Making a line drawing of the basic energy of your song can reveal problems you might be having.
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Most songwriters piece a song together while sitting with an instrument. Little by little, lyrics, melodies and harmonies unite to form a final product. When it works, it’s great, and it’s fun. But from time to time you notice that something’s not working. You feel like you’re on the right track, but you can tell that something’s not quite right. There are things you can do that will quickly identify problems, but in particular I want to discuss the benefits of sketching a map for your song as part of the songwriting process.
A map in this context is a drawing that represents your song. You can use graph paper, or even just a simple blank sheet. It’s best to draw a horizontal line along the bottom representing elapsed time.
From this point, there are two kinds of maps you can draw. I’ve written before about the benefits of doing a kind of “block” drawing, where you sketch in major song elements, like this:
This kind of map lets you see your song’s important elements. Instrumentation, lyrics, melodic plateau pitches, and so on. In a way, it works like an architect’s plan.
But the other kind of map that can really help, especially when you song just seems to lie there, sounding uninspiring, is a simple line drawing that demonstrates the song’s basic energy levels over time.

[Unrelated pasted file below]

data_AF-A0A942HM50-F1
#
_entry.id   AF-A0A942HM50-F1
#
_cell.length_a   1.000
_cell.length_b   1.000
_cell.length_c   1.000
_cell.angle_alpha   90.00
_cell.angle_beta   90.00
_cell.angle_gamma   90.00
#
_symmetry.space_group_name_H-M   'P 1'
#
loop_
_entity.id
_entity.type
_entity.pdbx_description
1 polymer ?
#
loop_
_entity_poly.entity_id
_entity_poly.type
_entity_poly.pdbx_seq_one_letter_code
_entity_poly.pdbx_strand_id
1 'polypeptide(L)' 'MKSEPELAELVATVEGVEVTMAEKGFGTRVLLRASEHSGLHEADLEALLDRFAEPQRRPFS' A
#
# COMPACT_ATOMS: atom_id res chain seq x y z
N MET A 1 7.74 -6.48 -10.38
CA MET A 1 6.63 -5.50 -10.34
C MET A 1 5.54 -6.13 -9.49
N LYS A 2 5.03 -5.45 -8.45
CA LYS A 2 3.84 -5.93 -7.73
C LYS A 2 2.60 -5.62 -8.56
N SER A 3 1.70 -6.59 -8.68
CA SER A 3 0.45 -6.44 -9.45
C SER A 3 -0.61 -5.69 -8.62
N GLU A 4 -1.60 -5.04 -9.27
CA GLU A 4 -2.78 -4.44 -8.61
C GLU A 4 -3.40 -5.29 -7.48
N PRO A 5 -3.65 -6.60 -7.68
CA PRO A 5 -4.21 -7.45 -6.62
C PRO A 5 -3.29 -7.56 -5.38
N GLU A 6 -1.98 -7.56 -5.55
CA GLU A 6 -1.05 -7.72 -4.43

We know that certain parts of songs should usually exhibit more energy than others. But as you sit and compose, that fact can get a bit lost; songwriting can cause you to get a bit near-sighted.
Here’s a line drawing of how a typical verse-chorus-bridge song usually unfolds:
Not every song necessarily follows this pattern, but it’s a common one. As you can see, energy typically builds, then ebbs. For each time that it falls, listeners are enticed to wait for it to build again. It’s a natural process.
Now, your task is simply to take your current song and draw a similar kind of sketch. As you feel the energy of your song building and dissipating, move the line upward and downward. You may find that it helps to try it several times, and that each attempt at the sketch gets you closer to a better representation of your song.
What a map like this does is to remind you that energy needs to move generally upward, with several peaks and dips. Creating a drawing for your song may reveal that song energy is too disorganized.
If you find that it’s a line that generally moves up and down, with no particular overall direction, it doesn’t mean that it won’t work. Typically, songs that have a flat energy line need to have a strong lyric.
You can also use this kind of map idea to sketch the general range of your melody. It can help solve issues that you didn’t know were there. Most of the time, song melodies should move higher from the verse to the chorus.
This kind of line drawing isn’t necessary to do with every song you write, but it can help expose problems, particularly if your song seems lifeless or directionless. It’s a way of seeing what you’ve been writing at a quick glance.
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